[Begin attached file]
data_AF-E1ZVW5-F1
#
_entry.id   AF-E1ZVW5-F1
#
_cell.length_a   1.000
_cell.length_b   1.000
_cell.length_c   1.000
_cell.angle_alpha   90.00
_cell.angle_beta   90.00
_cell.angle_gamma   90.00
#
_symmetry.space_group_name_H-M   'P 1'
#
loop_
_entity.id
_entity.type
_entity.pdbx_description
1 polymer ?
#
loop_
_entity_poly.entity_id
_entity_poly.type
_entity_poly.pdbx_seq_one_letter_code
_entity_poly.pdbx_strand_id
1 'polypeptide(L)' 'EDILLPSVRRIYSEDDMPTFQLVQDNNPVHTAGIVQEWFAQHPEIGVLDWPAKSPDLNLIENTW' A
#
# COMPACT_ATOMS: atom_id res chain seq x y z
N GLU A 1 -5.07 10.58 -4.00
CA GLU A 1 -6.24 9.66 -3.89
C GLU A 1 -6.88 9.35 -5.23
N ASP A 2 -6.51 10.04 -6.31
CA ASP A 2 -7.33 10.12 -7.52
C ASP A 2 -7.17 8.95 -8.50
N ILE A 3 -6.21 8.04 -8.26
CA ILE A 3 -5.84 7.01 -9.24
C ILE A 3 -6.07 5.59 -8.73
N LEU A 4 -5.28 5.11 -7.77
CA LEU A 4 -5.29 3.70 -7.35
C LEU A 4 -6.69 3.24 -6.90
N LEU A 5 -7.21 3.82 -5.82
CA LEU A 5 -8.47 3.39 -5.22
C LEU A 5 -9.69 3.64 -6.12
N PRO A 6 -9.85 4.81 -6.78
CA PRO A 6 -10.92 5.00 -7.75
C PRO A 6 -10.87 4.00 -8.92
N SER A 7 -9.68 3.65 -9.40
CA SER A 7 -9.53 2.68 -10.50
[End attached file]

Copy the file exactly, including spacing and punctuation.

data_AF-E1ZVW5-F1
#
_entry.id   AF-E1ZVW5-F1
#
_cell.length_a   1.000
_cell.length_b   1.000
_cell.length_c   1.000
_cell.angle_alpha   90.00
_cell.angle_beta   90.00
_cell.angle_gamma   90.00
#
_symmetry.space_group_name_H-M   'P 1'
#
loop_
_entity.id
_entity.type
_entity.pdbx_description
1 polymer ?
#
loop_
_entity_poly.entity_id
_entity_poly.type
_entity_poly.pdbx_seq_one_letter_code
_entity_poly.pdbx_strand_id
1 'polypeptide(L)' 'EDILLPSVRRIYSEDDMPTFQLVQDNNPVHTAGIVQEWFAQHPEIGVLDWPAKSPDLNLIENTW' A
#
# COMPACT_ATOMS: atom_id res chain seq x y z
N GLU A 1 -5.07 10.58 -4.00
CA GLU A 1 -6.24 9.66 -3.89
C GLU A 1 -6.88 9.35 -5.23
N ASP A 2 -6.51 10.04 -6.31
CA ASP A 2 -7.33 10.12 -7.52
C ASP A 2 -7.17 8.95 -8.50
N ILE A 3 -6.21 8.04 -8.26
CA ILE A 3 -5.84 7.01 -9.24
C ILE A 3 -6.07 5.59 -8.73
N LEU A 4 -5.28 5.11 -7.77
CA LEU A 4 -5.29 3.70 -7.35
C LEU A 4 -6.69 3.24 -6.90
N LEU A 5 -7.21 3.82 -5.82
CA LEU A 5 -8.47 3.39 -5.22
C LEU A 5 -9.69 3.64 -6.12
N PRO A 6 -9.85 4.81 -6.78
CA PRO A 6 -10.92 5.00 -7.75
C PRO A 6 -10.87 4.00 -8.92
N SER A 7 -9.68 3.65 -9.40
CA SER A 7 -9.53 2.68 -10.50